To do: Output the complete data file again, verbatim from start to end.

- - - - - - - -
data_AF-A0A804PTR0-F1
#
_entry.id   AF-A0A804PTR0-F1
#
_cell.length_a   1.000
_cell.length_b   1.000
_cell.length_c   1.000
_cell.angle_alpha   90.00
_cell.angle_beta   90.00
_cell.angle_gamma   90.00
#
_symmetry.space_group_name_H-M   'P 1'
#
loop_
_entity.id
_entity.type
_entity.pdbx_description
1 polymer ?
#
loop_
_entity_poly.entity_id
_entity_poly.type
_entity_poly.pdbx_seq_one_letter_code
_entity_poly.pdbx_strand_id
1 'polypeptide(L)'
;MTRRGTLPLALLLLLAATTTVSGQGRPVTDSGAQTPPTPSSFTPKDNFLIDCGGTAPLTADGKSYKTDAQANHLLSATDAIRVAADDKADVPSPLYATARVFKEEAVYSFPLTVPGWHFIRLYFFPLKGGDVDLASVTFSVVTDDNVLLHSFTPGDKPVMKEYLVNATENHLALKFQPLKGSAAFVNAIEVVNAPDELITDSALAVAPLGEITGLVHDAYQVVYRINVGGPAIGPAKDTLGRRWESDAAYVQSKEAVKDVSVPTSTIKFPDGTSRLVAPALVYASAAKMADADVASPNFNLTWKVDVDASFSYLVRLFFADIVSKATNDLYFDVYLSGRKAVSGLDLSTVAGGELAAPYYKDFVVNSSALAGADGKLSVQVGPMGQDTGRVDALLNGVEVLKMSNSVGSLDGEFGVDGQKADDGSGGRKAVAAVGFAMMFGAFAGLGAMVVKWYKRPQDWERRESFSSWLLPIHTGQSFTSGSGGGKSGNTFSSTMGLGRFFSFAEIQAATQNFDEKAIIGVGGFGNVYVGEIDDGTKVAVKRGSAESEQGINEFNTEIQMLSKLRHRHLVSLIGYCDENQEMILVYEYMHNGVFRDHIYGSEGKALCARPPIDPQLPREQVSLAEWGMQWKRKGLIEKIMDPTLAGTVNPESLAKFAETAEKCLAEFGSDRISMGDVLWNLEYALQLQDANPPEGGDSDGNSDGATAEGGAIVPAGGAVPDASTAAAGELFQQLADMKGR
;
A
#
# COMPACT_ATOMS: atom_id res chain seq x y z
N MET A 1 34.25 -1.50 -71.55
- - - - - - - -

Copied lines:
data_AF-A0A804PTR0-F1
#
_entry.id   AF-A0A804PTR0-F1
#
_cell.length_a   1.000
_cell.length_b   1.000
_cell.length_c   1.000
_cell.angle_alpha   90.00
_cell.angle_beta   90.00
_cell.angle_gamma   90.00
#
_symmetry.space_group_name_H-M   'P 1'
#
loop_
_entity.id
_entity.type
_entity.pdbx_description
1 polymer ?
#
loop_
_entity_poly.entity_id
_entity_poly.type
_entity_poly.pdbx_seq_one_letter_code
_entity_poly.pdbx_strand_id
1 'polypeptide(L)'
;MTRRGTLPLALLLLLAATTTVSGQGRPVTDSGAQTPPTPSSFTPKDNFLIDCGGTAPLTADGKSYKTDAQANHLLSATDAIRVAADDKADVPSPLYATARVFKEEAVYSFPLTVPGWHFIRLYFFPLKGGDVDLASVTFSVVTDDNVLLHSFTPGDKPVMKEYLVNATENHLALKFQPLKGSAAFVNAIEVVNAPDELITDSALAVAPLGEITGLVHDAYQVVYRINVGGPAIGPAKDTLGRRWESDAAYVQSKEAVKDVSVPTSTIKFPDGTSRLVAPALVYASAAKMADADVASPNFNLTWKVDVDASFSYLVRLFFADIVSKATNDLYFDVYLSGRKAVSGLDLSTVAGGELAAPYYKDFVVNSSALAGADGKLSVQVGPMGQDTGRVDALLNGVEVLKMSNSVGSLDGEFGVDGQKADDGSGGRKAVAAVGFAMMFGAFAGLGAMVVKWYKRPQDWERRESFSSWLLPIHTGQSFTSGSGGGKSGNTFSSTMGLGRFFSFAEIQAATQNFDEKAIIGVGGFGNVYVGEIDDGTKVAVKRGSAESEQGINEFNTEIQMLSKLRHRHLVSLIGYCDENQEMILVYEYMHNGVFRDHIYGSEGKALCARPPIDPQLPREQVSLAEWGMQWKRKGLIEKIMDPTLAGTVNPESLAKFAETAEKCLAEFGSDRISMGDVLWNLEYALQLQDANPPEGGDSDGNSDGATAEGGAIVPAGGAVPDASTAAAGELFQQLADMKGR
;
A
#
# COMPACT_ATOMS: atom_id res chain seq x y z
N MET A 1 34.25 -1.50 -71.55